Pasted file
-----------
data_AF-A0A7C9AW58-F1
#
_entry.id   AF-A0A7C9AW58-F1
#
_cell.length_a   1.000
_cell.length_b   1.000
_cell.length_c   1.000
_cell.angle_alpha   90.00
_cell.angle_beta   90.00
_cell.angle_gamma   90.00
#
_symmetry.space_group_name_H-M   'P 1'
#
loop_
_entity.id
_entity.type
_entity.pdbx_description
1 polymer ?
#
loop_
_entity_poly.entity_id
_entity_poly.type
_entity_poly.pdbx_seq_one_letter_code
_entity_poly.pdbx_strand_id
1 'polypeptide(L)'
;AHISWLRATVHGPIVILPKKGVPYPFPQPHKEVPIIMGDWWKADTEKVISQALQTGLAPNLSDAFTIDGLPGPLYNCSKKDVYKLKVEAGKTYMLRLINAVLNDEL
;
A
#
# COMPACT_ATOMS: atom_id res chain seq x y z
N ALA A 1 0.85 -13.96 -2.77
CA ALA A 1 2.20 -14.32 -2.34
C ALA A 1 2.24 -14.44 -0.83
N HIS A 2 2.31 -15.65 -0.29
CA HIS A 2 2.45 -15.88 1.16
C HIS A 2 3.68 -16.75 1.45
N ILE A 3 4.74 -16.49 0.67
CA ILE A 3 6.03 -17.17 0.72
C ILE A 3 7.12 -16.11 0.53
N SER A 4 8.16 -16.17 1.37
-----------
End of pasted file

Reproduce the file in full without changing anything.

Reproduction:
data_AF-A0A7C9AW58-F1
#
_entry.id   AF-A0A7C9AW58-F1
#
_cell.length_a   1.000
_cell.length_b   1.000
_cell.length_c   1.000
_cell.angle_alpha   90.00
_cell.angle_beta   90.00
_cell.angle_gamma   90.00
#
_symmetry.space_group_name_H-M   'P 1'
#
loop_
_entity.id
_entity.type
_entity.pdbx_description
1 polymer ?
#
loop_
_entity_poly.entity_id
_entity_poly.type
_entity_poly.pdbx_seq_one_letter_code
_entity_poly.pdbx_strand_id
1 'polypeptide(L)'
;AHISWLRATVHGPIVILPKKGVPYPFPQPHKEVPIIMGDWWKADTEKVISQALQTGLAPNLSDAFTIDGLPGPLYNCSKKDVYKLKVEAGKTYMLRLINAVLNDEL
;
A
#
# COMPACT_ATOMS: atom_id res chain seq x y z
N ALA A 1 0.85 -13.96 -2.77
CA ALA A 1 2.20 -14.32 -2.34
C ALA A 1 2.24 -14.44 -0.83
N HIS A 2 2.31 -15.65 -0.29
CA HIS A 2 2.45 -15.88 1.16
C HIS A 2 3.68 -16.75 1.45
N ILE A 3 4.74 -16.49 0.67
CA ILE A 3 6.03 -17.17 0.72
C ILE A 3 7.12 -16.11 0.53
N SER A 4 8.16 -16.17 1.37